Of course, no terrible Urban Fantasy trope example would be complete without the Anita Blake Series because that series just contains all that is wrong in the genre. Possibly the world by now. I’ve already discussed how Anita’s relationship with any man is pretty much forced on her, but Jean-Claud gets a special prize for patience. Pushing into her life, magically marking her against her will despite numerous death threats to try and make him back off. He pushes, throws out innuendo, pulls her into compromising situations, threatens to kill her boyfriend if she doesn’t date him. His restraining order should be a taser by this point -yet he persists: he ignores no after no after no for 6 books until, in a final moment of weakness: he wins.

This tropes is so prevalent and problematic that it has wait from the moment characters are introduced. I pick up a book and see a man the female protagonist hates? I assume they’re going to fall into bed at some point. In fact, a man and a woman hating each other is pretty much a short-cut code word for sexual tension: and Urban Fantasy, Romance and Paranormal Romance are hardly alone in perpetrating this. Just about every genre has numerous examples of “will-they-won’t-they” built on a woman trying to get a man to back off and a man pushing and pushing until that “will they” finally happens. I’m still waiting for Leo and Jane to get together in the Jane Yellowrock Series and the more fraught and problematic their interactions are, the more I expect it to happen

We’ve coded angry hostility as a code for a relationship: we’ve created the idea that this is what the opening to a relationship looks like. We’re reinforcing the idea that women don’t know their own minds and their consent is irrelevant: because women don’t know their own minds or what is best for them. We’ve laid this down as a foundation for romance, a message so common that we can even use it as a signifier for romance, as a shortcut. It’s so ingrained in our society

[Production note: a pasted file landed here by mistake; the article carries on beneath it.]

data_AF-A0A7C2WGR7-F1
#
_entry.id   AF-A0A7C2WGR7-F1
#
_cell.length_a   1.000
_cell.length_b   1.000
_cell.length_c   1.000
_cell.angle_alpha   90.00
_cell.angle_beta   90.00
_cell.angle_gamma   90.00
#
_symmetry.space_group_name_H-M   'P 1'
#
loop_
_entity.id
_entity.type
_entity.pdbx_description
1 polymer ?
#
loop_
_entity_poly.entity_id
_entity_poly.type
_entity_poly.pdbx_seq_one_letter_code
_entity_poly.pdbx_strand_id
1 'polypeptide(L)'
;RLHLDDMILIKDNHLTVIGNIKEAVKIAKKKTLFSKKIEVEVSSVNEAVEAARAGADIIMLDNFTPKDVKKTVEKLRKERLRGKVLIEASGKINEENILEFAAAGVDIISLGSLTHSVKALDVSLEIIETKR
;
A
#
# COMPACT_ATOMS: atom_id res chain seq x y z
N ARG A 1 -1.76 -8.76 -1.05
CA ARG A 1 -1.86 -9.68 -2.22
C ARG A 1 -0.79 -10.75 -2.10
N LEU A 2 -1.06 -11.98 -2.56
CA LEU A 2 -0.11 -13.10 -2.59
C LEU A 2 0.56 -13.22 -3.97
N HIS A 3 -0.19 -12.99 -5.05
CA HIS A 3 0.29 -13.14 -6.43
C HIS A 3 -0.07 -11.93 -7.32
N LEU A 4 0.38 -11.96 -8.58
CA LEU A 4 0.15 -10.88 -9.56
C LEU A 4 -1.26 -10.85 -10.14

I’m not against slow burn relationships - far from it, I’ve ranted repeatedly about how insta-love stories get on my last nerve and tend to derail from whatever plot is actually supposed to be happening (especially since that plot usually involves something epic like the world end ending which is a little frustrating when it has to take a back seat to the Protagonists drooling over a six pack). But a slow burn relationship doesn’t have to rest on hostility. Barriers keeping eventual lovers apart don’t have to involve our “hero” chanting “no means yes”. I’d much rather see love develop through mutual respect and learning about each other and growing into more and more… than see yet another “persistent” man ignore refusal after refusal to finally wear down his prize. I want to see two people come together in mutual joy heading towards a happily ever after, not having him dragging her kicking and screaming until she realises it’s what she wanted all along.

And that may be the most toxic message of this. Not only does he wear her down - but the happily ever after we then have tells us he was right to do so...